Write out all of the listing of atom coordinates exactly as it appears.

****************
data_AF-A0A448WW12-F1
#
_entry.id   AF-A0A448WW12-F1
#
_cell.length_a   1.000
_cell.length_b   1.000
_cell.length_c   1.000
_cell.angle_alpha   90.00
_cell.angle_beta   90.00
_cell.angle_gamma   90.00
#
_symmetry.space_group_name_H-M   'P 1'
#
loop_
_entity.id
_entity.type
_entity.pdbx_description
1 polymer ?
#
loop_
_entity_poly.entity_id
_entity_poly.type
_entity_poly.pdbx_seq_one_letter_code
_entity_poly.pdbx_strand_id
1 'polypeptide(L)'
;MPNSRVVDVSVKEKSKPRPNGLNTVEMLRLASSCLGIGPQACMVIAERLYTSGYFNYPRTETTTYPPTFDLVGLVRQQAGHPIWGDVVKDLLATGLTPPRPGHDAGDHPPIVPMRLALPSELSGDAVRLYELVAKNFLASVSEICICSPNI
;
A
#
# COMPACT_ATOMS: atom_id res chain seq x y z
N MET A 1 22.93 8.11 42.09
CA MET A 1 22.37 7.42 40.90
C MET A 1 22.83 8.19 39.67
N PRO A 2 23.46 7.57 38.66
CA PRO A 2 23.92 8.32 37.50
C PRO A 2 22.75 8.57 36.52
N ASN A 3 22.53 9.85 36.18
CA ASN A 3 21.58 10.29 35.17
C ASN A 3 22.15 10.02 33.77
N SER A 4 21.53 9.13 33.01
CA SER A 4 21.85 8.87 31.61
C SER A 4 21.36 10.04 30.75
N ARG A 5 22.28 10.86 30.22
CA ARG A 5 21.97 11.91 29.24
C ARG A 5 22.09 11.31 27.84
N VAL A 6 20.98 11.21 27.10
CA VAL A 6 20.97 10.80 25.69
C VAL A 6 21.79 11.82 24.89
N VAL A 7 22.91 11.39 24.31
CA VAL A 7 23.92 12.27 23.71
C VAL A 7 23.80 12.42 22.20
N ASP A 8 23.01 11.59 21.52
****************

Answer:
data_AF-A0A448WW12-F1
#
_entry.id   AF-A0A448WW12-F1
#
_cell.length_a   1.000
_cell.length_b   1.000
_cell.length_c   1.000
_cell.angle_alpha   90.00
_cell.angle_beta   90.00
_cell.angle_gamma   90.00
#
_symmetry.space_group_name_H-M   'P 1'
#
loop_
_entity.id
_entity.type
_entity.pdbx_description
1 polymer ?
#
loop_
_entity_poly.entity_id
_entity_poly.type
_entity_poly.pdbx_seq_one_letter_code
_entity_poly.pdbx_strand_id
1 'polypeptide(L)'
;MPNSRVVDVSVKEKSKPRPNGLNTVEMLRLASSCLGIGPQACMVIAERLYTSGYFNYPRTETTTYPPTFDLVGLVRQQAGHPIWGDVVKDLLATGLTPPRPGHDAGDHPPIVPMRLALPSELSGDAVRLYELVAKNFLASVSEICICSPNI
;
A
#
# COMPACT_ATOMS: atom_id res chain seq x y z
N MET A 1 22.93 8.11 42.09
CA MET A 1 22.37 7.42 40.90
C MET A 1 22.83 8.19 39.67
N PRO A 2 23.46 7.57 38.66
CA PRO A 2 23.92 8.32 37.50
C PRO A 2 22.75 8.57 36.52
N ASN A 3 22.53 9.85 36.18
CA ASN A 3 21.58 10.29 35.17
C ASN A 3 22.15 10.02 33.77
N SER A 4 21.53 9.13 33.01
CA SER A 4 21.85 8.87 31.61
C SER A 4 21.36 10.04 30.75
N ARG A 5 22.28 10.86 30.22
CA ARG A 5 21.97 11.91 29.24
C ARG A 5 22.09 11.31 27.84
N VAL A 6 20.98 11.21 27.10
CA VAL A 6 20.97 10.80 25.69
C VAL A 6 21.79 11.82 24.89
N VAL A 7 22.91 11.39 24.31
CA VAL A 7 23.92 12.27 23.71
C VAL A 7 23.80 12.42 22.20
N ASP A 8 23.01 11.59 21.52